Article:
In the past decade, social scientists and bioethicists have produced a significant body of work tracking the technical, legal, ethical, and sociocultural development and implications of human egg freezing. What began as a treatment to “preserve” the fertility of cancer patients has transformed into a technology enabling delayed childbearing. We provide an overview of four research areas that have received the most attention in the sociological and anthropological literature of egg freezing: medicalization, gender, temporality and risk, and markets. What emerges from much of the research is the sense that egg freezing has become entangled with cultural imperatives to take future-oriented responsibility for one's own health, financial, social, and reproductive needs through self-management, risk reduction, calculation, and optimization. Throughout, we consider the implications of this novel reproductive technology within national and transnational “reproflows” that stratify reproduction along raced and classed lines.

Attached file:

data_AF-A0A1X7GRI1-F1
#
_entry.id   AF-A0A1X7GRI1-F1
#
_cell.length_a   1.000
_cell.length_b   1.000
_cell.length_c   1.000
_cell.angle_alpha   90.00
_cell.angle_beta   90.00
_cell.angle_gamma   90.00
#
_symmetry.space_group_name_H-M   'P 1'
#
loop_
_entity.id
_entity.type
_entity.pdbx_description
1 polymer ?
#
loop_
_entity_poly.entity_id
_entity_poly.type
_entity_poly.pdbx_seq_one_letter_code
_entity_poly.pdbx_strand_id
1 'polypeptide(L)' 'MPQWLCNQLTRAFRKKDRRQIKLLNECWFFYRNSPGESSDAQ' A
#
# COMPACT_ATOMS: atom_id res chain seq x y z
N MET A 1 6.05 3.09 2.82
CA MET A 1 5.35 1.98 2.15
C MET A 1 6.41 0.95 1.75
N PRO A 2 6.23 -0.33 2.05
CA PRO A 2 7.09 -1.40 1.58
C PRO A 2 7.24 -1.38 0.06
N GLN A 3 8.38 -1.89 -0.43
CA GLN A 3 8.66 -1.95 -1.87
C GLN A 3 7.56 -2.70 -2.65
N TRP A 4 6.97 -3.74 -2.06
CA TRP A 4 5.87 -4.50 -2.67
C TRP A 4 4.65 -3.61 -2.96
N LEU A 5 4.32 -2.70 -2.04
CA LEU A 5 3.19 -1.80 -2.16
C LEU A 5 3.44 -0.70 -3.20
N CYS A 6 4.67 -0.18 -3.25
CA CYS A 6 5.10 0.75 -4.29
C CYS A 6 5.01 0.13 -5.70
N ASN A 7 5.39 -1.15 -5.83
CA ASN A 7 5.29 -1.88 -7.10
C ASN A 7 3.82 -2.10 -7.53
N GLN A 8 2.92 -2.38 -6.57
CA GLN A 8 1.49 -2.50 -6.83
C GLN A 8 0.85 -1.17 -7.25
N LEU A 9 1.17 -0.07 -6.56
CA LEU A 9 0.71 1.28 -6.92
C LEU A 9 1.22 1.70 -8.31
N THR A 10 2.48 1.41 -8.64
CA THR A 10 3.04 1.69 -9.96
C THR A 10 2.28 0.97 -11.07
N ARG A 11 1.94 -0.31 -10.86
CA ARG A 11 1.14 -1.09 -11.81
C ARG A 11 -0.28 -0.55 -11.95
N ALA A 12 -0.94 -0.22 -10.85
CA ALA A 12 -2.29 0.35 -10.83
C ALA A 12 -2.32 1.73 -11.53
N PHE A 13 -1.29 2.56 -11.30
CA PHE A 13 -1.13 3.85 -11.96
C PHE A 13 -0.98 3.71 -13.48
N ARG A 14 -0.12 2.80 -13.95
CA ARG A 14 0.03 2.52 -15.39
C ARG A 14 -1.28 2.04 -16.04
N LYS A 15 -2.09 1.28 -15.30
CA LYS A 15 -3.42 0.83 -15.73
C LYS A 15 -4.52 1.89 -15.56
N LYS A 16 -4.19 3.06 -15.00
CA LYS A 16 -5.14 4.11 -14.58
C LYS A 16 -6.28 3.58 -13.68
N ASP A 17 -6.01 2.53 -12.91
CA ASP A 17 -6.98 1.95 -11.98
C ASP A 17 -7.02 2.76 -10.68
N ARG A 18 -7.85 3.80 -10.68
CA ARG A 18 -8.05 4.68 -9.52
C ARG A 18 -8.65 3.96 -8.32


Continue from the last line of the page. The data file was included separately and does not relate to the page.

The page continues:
All Science Journal Classification (ASJC) codes
- Social Sciences(all)